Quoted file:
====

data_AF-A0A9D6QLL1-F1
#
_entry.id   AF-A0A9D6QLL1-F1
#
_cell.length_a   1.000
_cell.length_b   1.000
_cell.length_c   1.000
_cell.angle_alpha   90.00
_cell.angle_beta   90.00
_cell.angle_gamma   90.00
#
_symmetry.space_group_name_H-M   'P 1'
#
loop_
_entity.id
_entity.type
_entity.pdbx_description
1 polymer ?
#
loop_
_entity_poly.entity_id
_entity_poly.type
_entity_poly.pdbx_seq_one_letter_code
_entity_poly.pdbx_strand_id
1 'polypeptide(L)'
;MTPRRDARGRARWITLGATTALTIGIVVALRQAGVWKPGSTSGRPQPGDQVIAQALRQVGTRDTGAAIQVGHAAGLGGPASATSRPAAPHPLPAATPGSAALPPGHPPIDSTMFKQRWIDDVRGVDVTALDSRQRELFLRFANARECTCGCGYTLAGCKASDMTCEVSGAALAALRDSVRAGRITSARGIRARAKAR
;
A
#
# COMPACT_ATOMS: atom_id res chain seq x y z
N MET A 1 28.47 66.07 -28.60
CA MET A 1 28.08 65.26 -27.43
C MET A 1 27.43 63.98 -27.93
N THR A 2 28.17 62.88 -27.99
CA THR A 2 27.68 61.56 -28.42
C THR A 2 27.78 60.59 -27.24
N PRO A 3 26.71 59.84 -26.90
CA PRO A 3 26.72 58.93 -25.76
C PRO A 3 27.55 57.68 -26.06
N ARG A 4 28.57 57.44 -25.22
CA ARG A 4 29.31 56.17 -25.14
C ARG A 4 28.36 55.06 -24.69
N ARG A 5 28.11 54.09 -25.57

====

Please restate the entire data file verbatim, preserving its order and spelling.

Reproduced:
data_AF-A0A9D6QLL1-F1
#
_entry.id   AF-A0A9D6QLL1-F1
#
_cell.length_a   1.000
_cell.length_b   1.000
_cell.length_c   1.000
_cell.angle_alpha   90.00
_cell.angle_beta   90.00
_cell.angle_gamma   90.00
#
_symmetry.space_group_name_H-M   'P 1'
#
loop_
_entity.id
_entity.type
_entity.pdbx_description
1 polymer ?
#
loop_
_entity_poly.entity_id
_entity_poly.type
_entity_poly.pdbx_seq_one_letter_code
_entity_poly.pdbx_strand_id
1 'polypeptide(L)'
;MTPRRDARGRARWITLGATTALTIGIVVALRQAGVWKPGSTSGRPQPGDQVIAQALRQVGTRDTGAAIQVGHAAGLGGPASATSRPAAPHPLPAATPGSAALPPGHPPIDSTMFKQRWIDDVRGVDVTALDSRQRELFLRFANARECTCGCGYTLAGCKASDMTCEVSGAALAALRDSVRAGRITSARGIRARAKAR
;
A
#
# COMPACT_ATOMS: atom_id res chain seq x y z
N MET A 1 28.47 66.07 -28.60
CA MET A 1 28.08 65.26 -27.43
C MET A 1 27.43 63.98 -27.93
N THR A 2 28.17 62.88 -27.99
CA THR A 2 27.68 61.56 -28.42
C THR A 2 27.78 60.59 -27.24
N PRO A 3 26.71 59.84 -26.90
CA PRO A 3 26.72 58.93 -25.76
C PRO A 3 27.55 57.68 -26.06
N ARG A 4 28.57 57.44 -25.22
CA ARG A 4 29.31 56.17 -25.14
C ARG A 4 28.36 55.06 -24.69
N ARG A 5 28.11 54.09 -25.57